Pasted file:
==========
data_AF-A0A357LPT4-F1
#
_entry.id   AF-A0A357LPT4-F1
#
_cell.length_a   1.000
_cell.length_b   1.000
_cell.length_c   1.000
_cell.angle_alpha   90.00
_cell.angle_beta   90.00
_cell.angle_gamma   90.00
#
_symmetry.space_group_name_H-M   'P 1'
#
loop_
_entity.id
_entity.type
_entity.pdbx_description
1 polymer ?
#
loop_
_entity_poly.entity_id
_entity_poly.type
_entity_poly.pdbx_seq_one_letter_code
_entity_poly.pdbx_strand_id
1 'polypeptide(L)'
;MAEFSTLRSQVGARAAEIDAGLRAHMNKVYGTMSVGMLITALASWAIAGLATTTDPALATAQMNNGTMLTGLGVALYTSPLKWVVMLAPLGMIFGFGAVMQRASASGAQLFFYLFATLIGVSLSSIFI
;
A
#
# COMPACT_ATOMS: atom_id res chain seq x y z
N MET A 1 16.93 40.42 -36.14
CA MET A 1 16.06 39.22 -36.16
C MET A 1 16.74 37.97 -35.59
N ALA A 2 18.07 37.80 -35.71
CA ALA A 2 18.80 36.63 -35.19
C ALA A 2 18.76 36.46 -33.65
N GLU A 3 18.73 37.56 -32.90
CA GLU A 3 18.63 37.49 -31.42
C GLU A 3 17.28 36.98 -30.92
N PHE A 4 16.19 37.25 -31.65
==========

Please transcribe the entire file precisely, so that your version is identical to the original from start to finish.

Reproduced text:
data_AF-A0A357LPT4-F1
#
_entry.id   AF-A0A357LPT4-F1
#
_cell.length_a   1.000
_cell.length_b   1.000
_cell.length_c   1.000
_cell.angle_alpha   90.00
_cell.angle_beta   90.00
_cell.angle_gamma   90.00
#
_symmetry.space_group_name_H-M   'P 1'
#
loop_
_entity.id
_entity.type
_entity.pdbx_description
1 polymer ?
#
loop_
_entity_poly.entity_id
_entity_poly.type
_entity_poly.pdbx_seq_one_letter_code
_entity_poly.pdbx_strand_id
1 'polypeptide(L)'
;MAEFSTLRSQVGARAAEIDAGLRAHMNKVYGTMSVGMLITALASWAIAGLATTTDPALATAQMNNGTMLTGLGVALYTSPLKWVVMLAPLGMIFGFGAVMQRASASGAQLFFYLFATLIGVSLSSIFI
;
A
#
# COMPACT_ATOMS: atom_id res chain seq x y z
N MET A 1 16.93 40.42 -36.14
CA MET A 1 16.06 39.22 -36.16
C MET A 1 16.74 37.97 -35.59
N ALA A 2 18.07 37.80 -35.71
CA ALA A 2 18.80 36.63 -35.19
C ALA A 2 18.76 36.46 -33.65
N GLU A 3 18.73 37.56 -32.90
CA GLU A 3 18.63 37.49 -31.42
C GLU A 3 17.28 36.98 -30.92
N PHE A 4 16.19 37.25 -31.65